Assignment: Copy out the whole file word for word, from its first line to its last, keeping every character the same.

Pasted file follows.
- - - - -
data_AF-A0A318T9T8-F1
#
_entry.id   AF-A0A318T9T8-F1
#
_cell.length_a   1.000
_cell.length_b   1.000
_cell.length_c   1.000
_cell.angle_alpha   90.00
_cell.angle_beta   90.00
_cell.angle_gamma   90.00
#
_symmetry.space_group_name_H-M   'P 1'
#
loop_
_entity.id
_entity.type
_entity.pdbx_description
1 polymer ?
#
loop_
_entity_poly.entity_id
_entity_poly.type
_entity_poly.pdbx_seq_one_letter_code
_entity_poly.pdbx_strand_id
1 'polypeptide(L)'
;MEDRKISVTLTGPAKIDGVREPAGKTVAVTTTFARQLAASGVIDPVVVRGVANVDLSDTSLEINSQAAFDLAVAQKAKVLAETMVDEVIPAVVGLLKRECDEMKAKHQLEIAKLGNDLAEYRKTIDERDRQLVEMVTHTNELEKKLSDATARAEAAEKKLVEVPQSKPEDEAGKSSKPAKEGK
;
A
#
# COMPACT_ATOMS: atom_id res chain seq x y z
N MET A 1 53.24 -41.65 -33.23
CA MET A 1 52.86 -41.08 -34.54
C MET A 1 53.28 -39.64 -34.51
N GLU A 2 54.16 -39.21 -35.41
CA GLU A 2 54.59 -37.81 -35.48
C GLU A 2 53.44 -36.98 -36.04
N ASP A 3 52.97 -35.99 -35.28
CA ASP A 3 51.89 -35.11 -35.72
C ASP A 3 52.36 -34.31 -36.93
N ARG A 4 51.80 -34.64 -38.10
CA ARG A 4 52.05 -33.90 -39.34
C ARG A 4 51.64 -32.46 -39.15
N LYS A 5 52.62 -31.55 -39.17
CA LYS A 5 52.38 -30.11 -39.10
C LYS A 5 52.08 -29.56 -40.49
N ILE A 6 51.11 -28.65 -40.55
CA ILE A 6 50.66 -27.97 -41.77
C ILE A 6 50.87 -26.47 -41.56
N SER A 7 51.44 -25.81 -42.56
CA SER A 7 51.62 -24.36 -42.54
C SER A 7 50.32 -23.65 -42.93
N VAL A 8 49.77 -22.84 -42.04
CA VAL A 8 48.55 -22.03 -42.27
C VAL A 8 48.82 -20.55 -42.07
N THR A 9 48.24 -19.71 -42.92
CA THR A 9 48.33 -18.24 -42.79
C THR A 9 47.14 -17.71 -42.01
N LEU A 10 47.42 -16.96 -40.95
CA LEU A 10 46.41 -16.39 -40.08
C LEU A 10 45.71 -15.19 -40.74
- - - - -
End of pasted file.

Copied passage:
data_AF-A0A318T9T8-F1
#
_entry.id   AF-A0A318T9T8-F1
#
_cell.length_a   1.000
_cell.length_b   1.000
_cell.length_c   1.000
_cell.angle_alpha   90.00
_cell.angle_beta   90.00
_cell.angle_gamma   90.00
#
_symmetry.space_group_name_H-M   'P 1'
#
loop_
_entity.id
_entity.type
_entity.pdbx_description
1 polymer ?
#
loop_
_entity_poly.entity_id
_entity_poly.type
_entity_poly.pdbx_seq_one_letter_code
_entity_poly.pdbx_strand_id
1 'polypeptide(L)'
;MEDRKISVTLTGPAKIDGVREPAGKTVAVTTTFARQLAASGVIDPVVVRGVANVDLSDTSLEINSQAAFDLAVAQKAKVLAETMVDEVIPAVVGLLKRECDEMKAKHQLEIAKLGNDLAEYRKTIDERDRQLVEMVTHTNELEKKLSDATARAEAAEKKLVEVPQSKPEDEAGKSSKPAKEGK
;
A
#
# COMPACT_ATOMS: atom_id res chain seq x y z
N MET A 1 53.24 -41.65 -33.23
CA MET A 1 52.86 -41.08 -34.54
C MET A 1 53.28 -39.64 -34.51
N GLU A 2 54.16 -39.21 -35.41
CA GLU A 2 54.59 -37.81 -35.48
C GLU A 2 53.44 -36.98 -36.04
N ASP A 3 52.97 -35.99 -35.28
CA ASP A 3 51.89 -35.11 -35.72
C ASP A 3 52.36 -34.31 -36.93
N ARG A 4 51.80 -34.64 -38.10
CA ARG A 4 52.05 -33.90 -39.34
C ARG A 4 51.64 -32.46 -39.15
N LYS A 5 52.62 -31.55 -39.17
CA LYS A 5 52.38 -30.11 -39.10
C LYS A 5 52.08 -29.56 -40.49
N ILE A 6 51.11 -28.65 -40.55
CA ILE A 6 50.66 -27.97 -41.77
C ILE A 6 50.87 -26.47 -41.56
N SER A 7 51.44 -25.81 -42.56
CA SER A 7 51.62 -24.36 -42.54
C SER A 7 50.32 -23.65 -42.93
N VAL A 8 49.77 -22.84 -42.04
CA VAL A 8 48.55 -22.03 -42.27
C VAL A 8 48.82 -20.55 -42.07
N THR A 9 48.24 -19.71 -42.92
CA THR A 9 48.33 -18.24 -42.79
C THR A 9 47.14 -17.71 -42.01
N LEU A 10 47.42 -16.96 -40.95
CA LEU A 10 46.41 -16.39 -40.08
C LEU A 10 45.71 -15.19 -40.74